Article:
How COVID-19 Propelled Workplace Accommodations for People with Disabilities
Celebrating the 33rd Anniversary of the Americans with Disabilities Act
Diana Jordan, Assistant Digital Media Editor, Media/Communications Department
Over the years, employers have made significant strides in creating a more inclusive work environment by offering enhanced accommodations and tools specifically designed to empower individuals with disabilities. This trend is largely the result of the Americans with Disability Act (ADA), which was signed on July 26, 1990, 33 years ago.
The ADA protects the right of individuals with disabilities to receive accommodations in the workplace. According to the U.S. Department of Labor, “a reasonable accommodation is any change to the application or hiring process, to the job, to the way the job is done, or the work environment that allows a person with a disability who is qualified for the job to perform the essential functions of that job and enjoy equal employment opportunities.” These modifications enable individuals with disabilities to have an equal opportunity not only to get a job, but successfully perform their job tasks to the same extent as people without disabilities.
Last year, Kessler Foundation, in partnership with the University of New Hampshire Institute on Disability, released a survey revealing gains in recruiting, hiring, accommodating, and retaining employees with disabilities. The survey, titled 2022 National Employment & Disability Survey: Effects of COVID-19 Pandemic on Supervisor Perspectives, compares data collected in the 2017 survey of the same name.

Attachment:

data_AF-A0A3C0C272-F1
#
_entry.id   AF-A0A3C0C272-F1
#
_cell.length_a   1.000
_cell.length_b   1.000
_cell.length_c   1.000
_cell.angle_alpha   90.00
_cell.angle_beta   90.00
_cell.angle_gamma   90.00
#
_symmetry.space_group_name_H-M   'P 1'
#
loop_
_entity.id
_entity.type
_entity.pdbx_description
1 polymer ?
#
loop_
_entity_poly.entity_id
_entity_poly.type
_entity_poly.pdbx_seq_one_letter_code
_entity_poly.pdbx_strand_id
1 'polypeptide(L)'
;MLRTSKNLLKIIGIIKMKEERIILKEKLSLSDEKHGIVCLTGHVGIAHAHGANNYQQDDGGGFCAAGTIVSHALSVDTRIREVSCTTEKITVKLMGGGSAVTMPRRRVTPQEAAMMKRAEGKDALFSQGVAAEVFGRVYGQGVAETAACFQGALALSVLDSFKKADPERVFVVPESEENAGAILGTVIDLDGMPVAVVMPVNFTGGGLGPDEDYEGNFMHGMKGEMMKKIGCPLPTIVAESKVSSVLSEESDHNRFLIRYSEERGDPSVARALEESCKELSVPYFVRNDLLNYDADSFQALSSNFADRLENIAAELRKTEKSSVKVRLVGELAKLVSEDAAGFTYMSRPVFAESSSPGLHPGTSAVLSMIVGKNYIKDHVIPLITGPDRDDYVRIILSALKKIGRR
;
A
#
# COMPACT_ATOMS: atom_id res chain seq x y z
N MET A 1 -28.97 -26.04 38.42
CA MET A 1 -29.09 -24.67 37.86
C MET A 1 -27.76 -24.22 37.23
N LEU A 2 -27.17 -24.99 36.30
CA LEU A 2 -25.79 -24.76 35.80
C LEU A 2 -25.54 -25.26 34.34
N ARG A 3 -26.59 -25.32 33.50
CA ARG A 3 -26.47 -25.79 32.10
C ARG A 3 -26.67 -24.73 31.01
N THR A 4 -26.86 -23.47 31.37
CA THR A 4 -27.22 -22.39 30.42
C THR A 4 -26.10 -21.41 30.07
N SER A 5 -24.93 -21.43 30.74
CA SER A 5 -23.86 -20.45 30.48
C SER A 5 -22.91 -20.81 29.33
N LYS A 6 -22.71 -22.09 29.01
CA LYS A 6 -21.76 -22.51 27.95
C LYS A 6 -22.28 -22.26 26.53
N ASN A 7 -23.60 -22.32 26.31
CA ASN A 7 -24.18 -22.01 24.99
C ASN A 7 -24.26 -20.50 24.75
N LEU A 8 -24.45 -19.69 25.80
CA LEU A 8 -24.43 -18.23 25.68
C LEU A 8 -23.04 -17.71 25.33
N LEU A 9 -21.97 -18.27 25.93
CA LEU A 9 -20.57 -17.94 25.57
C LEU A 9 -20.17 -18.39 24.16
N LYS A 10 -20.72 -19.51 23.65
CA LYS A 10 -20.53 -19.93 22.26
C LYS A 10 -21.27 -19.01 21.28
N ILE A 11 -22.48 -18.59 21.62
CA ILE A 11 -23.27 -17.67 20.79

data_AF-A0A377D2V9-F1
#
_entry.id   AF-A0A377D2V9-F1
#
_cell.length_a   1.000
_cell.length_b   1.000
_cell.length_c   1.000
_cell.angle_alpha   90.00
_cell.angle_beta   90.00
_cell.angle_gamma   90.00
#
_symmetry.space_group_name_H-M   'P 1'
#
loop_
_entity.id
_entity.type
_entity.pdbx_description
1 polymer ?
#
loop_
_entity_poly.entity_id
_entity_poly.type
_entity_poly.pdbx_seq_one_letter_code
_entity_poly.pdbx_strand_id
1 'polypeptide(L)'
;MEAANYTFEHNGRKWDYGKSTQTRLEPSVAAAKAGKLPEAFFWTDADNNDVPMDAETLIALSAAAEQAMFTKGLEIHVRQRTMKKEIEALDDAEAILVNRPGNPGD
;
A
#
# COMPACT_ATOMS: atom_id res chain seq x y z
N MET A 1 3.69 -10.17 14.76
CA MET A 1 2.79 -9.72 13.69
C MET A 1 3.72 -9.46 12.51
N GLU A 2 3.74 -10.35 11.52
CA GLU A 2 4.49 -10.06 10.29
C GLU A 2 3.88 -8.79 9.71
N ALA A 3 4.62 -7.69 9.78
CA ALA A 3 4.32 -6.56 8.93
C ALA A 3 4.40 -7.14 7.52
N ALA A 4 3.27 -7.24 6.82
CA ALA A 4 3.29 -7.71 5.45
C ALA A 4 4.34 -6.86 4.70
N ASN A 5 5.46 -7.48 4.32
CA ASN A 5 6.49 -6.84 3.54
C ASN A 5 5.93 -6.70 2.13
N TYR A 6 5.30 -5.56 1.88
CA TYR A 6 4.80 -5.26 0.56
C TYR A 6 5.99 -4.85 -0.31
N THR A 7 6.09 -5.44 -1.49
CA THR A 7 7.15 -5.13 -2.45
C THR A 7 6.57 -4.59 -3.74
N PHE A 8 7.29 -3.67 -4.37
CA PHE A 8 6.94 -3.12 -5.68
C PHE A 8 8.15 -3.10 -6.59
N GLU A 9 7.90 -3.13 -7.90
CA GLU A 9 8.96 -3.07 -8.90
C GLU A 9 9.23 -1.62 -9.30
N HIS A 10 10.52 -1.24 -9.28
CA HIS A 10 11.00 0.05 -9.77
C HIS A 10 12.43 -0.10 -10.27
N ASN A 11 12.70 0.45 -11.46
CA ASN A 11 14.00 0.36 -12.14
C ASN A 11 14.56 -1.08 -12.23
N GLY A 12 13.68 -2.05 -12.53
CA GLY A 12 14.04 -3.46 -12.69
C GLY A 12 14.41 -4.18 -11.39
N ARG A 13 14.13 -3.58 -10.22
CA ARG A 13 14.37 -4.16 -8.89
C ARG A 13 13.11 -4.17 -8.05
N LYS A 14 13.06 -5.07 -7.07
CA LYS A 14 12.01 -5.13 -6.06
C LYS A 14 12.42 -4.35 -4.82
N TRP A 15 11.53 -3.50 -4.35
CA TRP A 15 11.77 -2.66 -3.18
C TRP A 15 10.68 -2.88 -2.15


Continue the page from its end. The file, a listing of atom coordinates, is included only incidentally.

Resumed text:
Current survey results show the use of flexible work arrangements more than doubled from 2017, with most supervisors predicting that work-from-home options would continue post-pandemic. In addition, twice as many supervisors work for organizations with a central accommodation fund, which they view as important to the success of people with disabilities in the workplace.
“Today, more companies are increasing the use of disability related employment practices due to the employee shortage and increased work-from-home trend brought about by the COVID-19 pandemic,” said John O’Neill, PhD, director of the Center for Employment and Disability Research at Kessler Foundation, and co-author of both surveys. “We also see more employers adopting training on disability issues and cultural competence and reaching out to government and local resources regarding the provision of accommodations.”
Celebrate the anniversary of the ADA by sharing these hashtags: #ThankstotheADA #ADA33